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Mechanism of complement-dependent haemolysis via the lectin pathway: role of the complement regulatory proteins.

Authors
  • Suankratay, C1
  • Mold, C
  • Zhang, Y
  • Lint, T F
  • Gewurz, H
  • 1 Department of Immunology/Microbiology, Rush Medical College, Chicago, IL 60612, USA.
Type
Published Article
Journal
Clinical & Experimental Immunology
Publisher
Wiley
Publication Date
Sep 01, 1999
Volume
117
Issue
3
Pages
442–448
Identifiers
PMID: 10469045
Source
Medline
Language
English
License
Unknown

Abstract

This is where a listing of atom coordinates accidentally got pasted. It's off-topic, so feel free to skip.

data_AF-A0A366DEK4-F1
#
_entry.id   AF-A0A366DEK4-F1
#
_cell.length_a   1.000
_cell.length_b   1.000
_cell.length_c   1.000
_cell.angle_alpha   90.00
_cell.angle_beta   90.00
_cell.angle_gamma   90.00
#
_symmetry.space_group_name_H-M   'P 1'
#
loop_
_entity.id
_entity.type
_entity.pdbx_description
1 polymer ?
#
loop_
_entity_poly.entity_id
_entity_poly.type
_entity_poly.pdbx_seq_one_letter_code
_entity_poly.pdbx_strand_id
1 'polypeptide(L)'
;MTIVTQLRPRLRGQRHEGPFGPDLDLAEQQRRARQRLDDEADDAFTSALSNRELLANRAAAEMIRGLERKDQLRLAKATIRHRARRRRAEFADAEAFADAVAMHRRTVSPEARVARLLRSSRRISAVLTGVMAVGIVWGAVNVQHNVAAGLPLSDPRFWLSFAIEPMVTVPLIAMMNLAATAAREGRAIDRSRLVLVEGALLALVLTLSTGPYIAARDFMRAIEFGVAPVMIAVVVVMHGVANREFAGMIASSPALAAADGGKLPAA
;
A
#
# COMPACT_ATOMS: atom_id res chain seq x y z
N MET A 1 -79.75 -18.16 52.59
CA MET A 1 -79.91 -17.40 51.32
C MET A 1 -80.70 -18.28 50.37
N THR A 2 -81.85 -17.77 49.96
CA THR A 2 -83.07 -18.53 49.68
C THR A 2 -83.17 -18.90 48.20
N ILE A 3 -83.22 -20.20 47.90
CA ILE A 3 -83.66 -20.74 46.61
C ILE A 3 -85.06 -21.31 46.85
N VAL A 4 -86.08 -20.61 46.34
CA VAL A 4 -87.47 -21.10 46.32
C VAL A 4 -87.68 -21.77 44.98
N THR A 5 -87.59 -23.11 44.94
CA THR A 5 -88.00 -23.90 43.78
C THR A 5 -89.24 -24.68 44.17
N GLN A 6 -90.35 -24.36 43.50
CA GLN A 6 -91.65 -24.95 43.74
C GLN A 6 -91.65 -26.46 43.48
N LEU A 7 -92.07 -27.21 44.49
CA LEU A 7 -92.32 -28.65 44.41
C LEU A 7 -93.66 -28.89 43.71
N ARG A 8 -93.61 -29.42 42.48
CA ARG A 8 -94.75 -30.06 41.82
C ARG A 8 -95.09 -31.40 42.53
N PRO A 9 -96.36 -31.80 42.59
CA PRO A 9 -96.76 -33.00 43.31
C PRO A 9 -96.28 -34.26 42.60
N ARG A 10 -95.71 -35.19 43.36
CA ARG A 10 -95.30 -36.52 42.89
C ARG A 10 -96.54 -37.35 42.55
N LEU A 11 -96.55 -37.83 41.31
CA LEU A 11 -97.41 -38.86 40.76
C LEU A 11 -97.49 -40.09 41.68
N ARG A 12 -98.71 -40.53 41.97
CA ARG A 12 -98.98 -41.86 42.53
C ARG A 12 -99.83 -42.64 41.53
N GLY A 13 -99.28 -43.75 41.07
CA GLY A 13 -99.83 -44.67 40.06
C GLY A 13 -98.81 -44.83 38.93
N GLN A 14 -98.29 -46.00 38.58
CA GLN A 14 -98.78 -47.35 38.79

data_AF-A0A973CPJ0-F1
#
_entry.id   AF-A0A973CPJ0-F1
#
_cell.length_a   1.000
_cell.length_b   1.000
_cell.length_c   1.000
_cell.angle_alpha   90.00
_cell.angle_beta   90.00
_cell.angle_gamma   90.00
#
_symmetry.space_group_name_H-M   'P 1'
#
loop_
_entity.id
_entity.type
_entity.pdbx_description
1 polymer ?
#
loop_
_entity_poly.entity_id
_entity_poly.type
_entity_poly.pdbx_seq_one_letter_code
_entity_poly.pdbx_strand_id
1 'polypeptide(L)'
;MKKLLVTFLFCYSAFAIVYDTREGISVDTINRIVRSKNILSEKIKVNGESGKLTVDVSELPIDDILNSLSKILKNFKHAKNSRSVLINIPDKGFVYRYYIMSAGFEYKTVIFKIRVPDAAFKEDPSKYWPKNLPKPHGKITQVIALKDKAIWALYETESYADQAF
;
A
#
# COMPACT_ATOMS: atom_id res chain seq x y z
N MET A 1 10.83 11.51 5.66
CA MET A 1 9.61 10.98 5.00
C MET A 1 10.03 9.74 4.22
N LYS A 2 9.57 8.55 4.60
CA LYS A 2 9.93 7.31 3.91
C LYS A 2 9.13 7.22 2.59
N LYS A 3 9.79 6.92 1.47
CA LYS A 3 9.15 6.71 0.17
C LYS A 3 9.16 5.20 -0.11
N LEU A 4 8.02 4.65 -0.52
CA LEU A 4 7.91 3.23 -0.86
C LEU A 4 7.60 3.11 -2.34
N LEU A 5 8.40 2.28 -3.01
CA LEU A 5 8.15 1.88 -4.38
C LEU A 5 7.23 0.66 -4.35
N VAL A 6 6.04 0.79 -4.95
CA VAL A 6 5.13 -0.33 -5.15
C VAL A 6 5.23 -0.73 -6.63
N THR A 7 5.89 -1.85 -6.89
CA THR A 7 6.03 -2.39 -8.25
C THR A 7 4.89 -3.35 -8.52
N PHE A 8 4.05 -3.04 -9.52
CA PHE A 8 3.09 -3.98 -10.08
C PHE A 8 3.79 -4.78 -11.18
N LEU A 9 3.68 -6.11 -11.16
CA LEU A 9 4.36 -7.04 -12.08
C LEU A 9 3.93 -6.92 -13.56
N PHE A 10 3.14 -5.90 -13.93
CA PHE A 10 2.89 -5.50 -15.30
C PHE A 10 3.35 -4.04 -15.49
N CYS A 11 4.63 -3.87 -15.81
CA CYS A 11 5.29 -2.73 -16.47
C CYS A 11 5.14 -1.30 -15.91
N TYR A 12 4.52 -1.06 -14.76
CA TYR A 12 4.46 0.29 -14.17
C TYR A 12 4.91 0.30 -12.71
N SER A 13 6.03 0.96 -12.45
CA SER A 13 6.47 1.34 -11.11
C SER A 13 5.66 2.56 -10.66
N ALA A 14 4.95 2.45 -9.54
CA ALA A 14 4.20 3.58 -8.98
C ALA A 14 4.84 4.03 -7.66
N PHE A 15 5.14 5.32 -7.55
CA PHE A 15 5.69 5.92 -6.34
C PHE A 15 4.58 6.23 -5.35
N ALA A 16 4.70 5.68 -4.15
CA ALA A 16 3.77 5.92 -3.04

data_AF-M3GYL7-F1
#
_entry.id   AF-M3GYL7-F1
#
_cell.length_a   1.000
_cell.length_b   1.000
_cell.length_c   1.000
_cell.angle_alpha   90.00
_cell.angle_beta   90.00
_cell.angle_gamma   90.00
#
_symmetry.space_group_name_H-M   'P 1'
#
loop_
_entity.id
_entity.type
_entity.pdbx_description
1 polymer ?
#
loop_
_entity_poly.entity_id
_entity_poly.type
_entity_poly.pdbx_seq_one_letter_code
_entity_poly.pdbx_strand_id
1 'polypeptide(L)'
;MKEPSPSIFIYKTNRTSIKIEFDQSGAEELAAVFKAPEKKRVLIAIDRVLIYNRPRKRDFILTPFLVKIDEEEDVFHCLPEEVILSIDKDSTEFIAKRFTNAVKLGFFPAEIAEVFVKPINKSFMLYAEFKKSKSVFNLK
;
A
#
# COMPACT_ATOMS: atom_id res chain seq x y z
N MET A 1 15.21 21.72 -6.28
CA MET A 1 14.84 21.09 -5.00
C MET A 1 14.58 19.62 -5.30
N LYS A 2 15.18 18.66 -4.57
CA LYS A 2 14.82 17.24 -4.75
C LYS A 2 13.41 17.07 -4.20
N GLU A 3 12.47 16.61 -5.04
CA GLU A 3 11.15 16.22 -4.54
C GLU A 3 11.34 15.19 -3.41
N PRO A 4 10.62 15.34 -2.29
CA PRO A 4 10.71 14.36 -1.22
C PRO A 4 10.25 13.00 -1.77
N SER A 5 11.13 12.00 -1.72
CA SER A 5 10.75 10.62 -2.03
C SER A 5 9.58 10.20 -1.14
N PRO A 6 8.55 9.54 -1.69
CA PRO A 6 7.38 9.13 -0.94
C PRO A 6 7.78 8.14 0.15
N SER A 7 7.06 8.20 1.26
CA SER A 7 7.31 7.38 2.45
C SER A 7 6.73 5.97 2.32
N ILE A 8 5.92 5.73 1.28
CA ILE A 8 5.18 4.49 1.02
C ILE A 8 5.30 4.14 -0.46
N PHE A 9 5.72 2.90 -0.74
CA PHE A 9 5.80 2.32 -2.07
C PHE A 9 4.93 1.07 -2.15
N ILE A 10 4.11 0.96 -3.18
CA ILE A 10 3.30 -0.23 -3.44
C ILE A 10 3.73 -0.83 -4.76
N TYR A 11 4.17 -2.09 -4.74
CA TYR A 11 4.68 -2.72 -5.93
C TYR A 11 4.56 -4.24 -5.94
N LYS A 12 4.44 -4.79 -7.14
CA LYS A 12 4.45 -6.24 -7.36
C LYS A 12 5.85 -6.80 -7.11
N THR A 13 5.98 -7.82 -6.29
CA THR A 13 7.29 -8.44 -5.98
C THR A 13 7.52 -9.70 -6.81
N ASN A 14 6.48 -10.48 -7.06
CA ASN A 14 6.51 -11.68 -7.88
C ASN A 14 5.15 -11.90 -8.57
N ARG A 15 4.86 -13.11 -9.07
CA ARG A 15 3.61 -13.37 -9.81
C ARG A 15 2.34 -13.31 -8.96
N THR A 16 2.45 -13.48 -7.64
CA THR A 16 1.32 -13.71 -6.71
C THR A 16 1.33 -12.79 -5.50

Mannan-binding lectin (MBL) is an acute phase protein which activates the classical complement pathway at the level of C4 and C2 via two novel serine proteases homologous to C1r and C1s. We recently reported that haemolysis via this lectin pathway requires alternative pathway amplification. The present experiments sought to establish the basis for this requirement, and hence focused on the activity and regulation of the C3 convertases. Complement activation was normalized between the lectin and classical pathways such that identical amounts of bound C4 and of haemolytically active C4,2 sites were present on the indicator cells. Under these conditions, there was markedly less haemolysis, associated with markedly less C3 and C5 deposited, via the lectin pathway than via the classical pathway, particularly when alternative pathway recruitment was blocked by depletion of factor D. Lectin pathway activation was associated with enhanced binding in the presence of MBL of complement control proteins C4bp and factor H to C4b and C3b, respectively, with decreased stability of the C3-converting enzyme C4b,2a attributable to C4bp. Immunodepletion of C4bp and/or factor H increased lectin pathway haemolysis and allowed lysis to occur in absence of the alternative pathway. Thus, the lectin pathway of humans is particularly susceptible to the regulatory effects of C4bp and factor H, due at least in part to MBL enhancement of C4bp binding to C4b and factor H binding to C3b.

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